I eat a purple star flower
            in the upturned palm of a 7th Century Buddha
            to disengage the fly-wheel that sets my mind to worrying
            about you again, wondering if you’ve even left
            a forwarding address.

            If I could pick up the phone and call
            you I would; but you’re not home,
            and the waves keep moving in and in and in.
            I half expect you to come floating in on the outrigger canoe
            that the spirits who haunt these waters ride.

            That’s part of why I’m standing barefoot
            in the shadow of the Bo-Tree, studying the Buddha’s rounded
            granite shoulders worn white by the weather and the birds
            for a clue. Is it in the soft lower belly, the breath of life?
            Is it in the flame shooting
            from the top of Buddha’s head? Is it in
            the tear dropping from his third eye?

 

Opstedal matches MacAdams’ blurry-eyed heart rocked busted blues, poem for poem. Having gone to the mat for romance, each poet knows too well the price of committed love. Each has taken chances and fallen by mistaken ends to wind up at times alone in life, but each has also eventually found another heart as grounded as their own. In “Repeating My Heart” Opstedal recounts some of the darker sojourns endured.

 

Lost was when she drifted in
            & stole yr socks & nothing
            was left but the chrome

            hubcap she wore like a halo
            all the way from Reno to
            Redondo singing the same tune

            but changing the words—
            I never knew exactly where
            she was headed she never

            did much talking & that was
            fine by me I never did much
            listening & the road leapt out

            before us into the night

 

Whether the recounted episodes from this poem are collaged from multiple past relationships or a mixture of real and imagined cases of lost love, Opstedal has found himself meeting many dead-ends in his search for a long-lasting relationship not fueled by destruction.

 

I drove from Seattle
            held up at Coos Bay, Oregon
            for a couple of nights
            with a fist of H & a woman whose
            name I never really knew

            She mainlined, I hit the muscle
            & we both drank coca-cola & watched TV

            She told me what I meant

            Beside the ethnic issues
            we made it to San Francisco where she
            evaporated in the neon
            & I kept going
            holding close to the coast
            the waves keeping me honest
            & the road
            a first kiss
            stretching out to the vanishing point
            I could never quite reach

 

The gliding ease at work within these poems composes itself as it goes. Working towards an ever honest result, not always balanced or necessarily fair—but honest. As poet Michael Price says it in his Introduction to Opstedal’s book, “Never apologize, never explain. And of course, just do the work.” Once you get far enough along in poetry world, things start to take care of themselves, in so far as any sense of direction goes: the work guides you.

In his poems, MacAdams does not back away from squaring up with destructive forces. After all, acting as balancing forces, chaos and anarchy are as natural as order and discipline. He knows it. He’s worked as hard trying to hold together ridiculous bureaucratic boards and governing bodies in order to save natural water systems both in Bolinas and Los Angeles that he’s not about to offer anything less than a realistic view of what’s to come when politicians and powerful interests lead his country awry.   

 

            The bombs

                                    that fall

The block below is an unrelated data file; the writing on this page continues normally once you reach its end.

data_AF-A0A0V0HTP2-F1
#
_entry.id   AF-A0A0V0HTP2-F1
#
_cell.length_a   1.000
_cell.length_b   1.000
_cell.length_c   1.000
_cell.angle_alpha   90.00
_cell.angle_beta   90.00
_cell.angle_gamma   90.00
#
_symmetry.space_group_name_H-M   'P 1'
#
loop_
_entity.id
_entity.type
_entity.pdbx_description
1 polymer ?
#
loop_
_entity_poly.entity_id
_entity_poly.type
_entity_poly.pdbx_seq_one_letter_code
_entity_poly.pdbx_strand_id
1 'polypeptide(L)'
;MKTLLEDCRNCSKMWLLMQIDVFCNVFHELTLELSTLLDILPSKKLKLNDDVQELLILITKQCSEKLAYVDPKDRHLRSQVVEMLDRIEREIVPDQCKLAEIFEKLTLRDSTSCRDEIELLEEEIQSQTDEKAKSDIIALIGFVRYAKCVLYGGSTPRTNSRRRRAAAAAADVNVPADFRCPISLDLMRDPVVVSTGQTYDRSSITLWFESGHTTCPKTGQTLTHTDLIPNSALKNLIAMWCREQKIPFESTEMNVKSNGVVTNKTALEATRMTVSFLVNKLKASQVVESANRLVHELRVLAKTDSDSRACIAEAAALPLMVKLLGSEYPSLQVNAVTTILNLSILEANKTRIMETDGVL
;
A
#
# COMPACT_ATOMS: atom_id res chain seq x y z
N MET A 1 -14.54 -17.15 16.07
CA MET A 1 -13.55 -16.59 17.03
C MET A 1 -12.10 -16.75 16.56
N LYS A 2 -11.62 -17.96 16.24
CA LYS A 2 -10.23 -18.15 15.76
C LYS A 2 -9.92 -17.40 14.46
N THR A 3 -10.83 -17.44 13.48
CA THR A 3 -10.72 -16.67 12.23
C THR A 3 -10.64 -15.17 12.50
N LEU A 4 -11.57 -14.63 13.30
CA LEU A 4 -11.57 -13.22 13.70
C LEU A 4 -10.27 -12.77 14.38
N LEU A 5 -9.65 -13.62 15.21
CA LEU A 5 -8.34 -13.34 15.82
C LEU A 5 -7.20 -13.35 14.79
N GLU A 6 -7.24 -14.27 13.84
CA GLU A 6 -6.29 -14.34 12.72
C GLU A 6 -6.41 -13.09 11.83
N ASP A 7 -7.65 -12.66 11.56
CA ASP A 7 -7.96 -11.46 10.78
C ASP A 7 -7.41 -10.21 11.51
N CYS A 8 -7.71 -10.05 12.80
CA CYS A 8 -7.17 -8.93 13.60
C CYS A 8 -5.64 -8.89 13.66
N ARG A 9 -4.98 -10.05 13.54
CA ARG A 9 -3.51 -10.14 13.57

on Baghdad
                        will land

                                                on Los Angeles.

 

                        It doesn’t take a paranoid schizophrenic

                                    to understand that.

 

                                                (“MORDRED”)

 

The reality that there’s a larger world which is increasingly at risk is never far from the minds and thus the work of these poets. The necessity to stay alert, to always watch the watchers, is mislaid at the risk of being swept up with the rest of the zombie populate. Opstedal drops reminders of this throughout his work.

 

Memorandum
            1. That rogue sunset has got your number
            2. and
            3. don’t ever give your real name.

                            (“Reef Dance”)

 

California Redemption Value gathers together work dating back to the 1990s, from Opstedal’s earliest published poems on up to among his latest. He shows no sign of stopping. He continues posting poems weekly, if not daily, on Ukulele Feedback (http://bluepressbooks.blogspot.com/) and his small press Blue Books regularly prints chapbooks and the occasional one-shot magazine representing a broad range of writers. In short, he’s not going anywhere and his commitment to the practiced discipline of “the poems” is constant as ever. This collection holds its ground as a defining marker of where he’s been, where he’s at, and where he’s headed. The surf never comes to end, just keeps on cycling through our myth-memory. Opstedal’s hands are as sandy and salt encrusted as can be.

Dear Oxygen is literally the representation of a lifetime’s ongoing work. MacAdams, like too many poets, often slips the radar of today’s poetry audiences. Nevertheless the breadth and skill of his poetry has been there from the beginning and never has left. People will say, “Well you can’t read everybody and everything, Patrick.” And that’s true, you read where your interest lies, where chance directs you. Poetry is a relationship and as is the case with all relationships insisting it happens this way or that doesn’t do any good. You won’t find true love knocking at your door but maybe it’s sitting next door wondering where you’ve been all this time—or maybe not: true love actually doesn’t give a fuck about you. These poems are just like that. 


Dear Oxygen: new & selected poems, 1966-2011
Lewis Macadams
UNO Press

ISBN-13: 978-1608010592

California Redemption Value
Kevin Opstedal
UNO Press
ISBN-13: 978-1608010660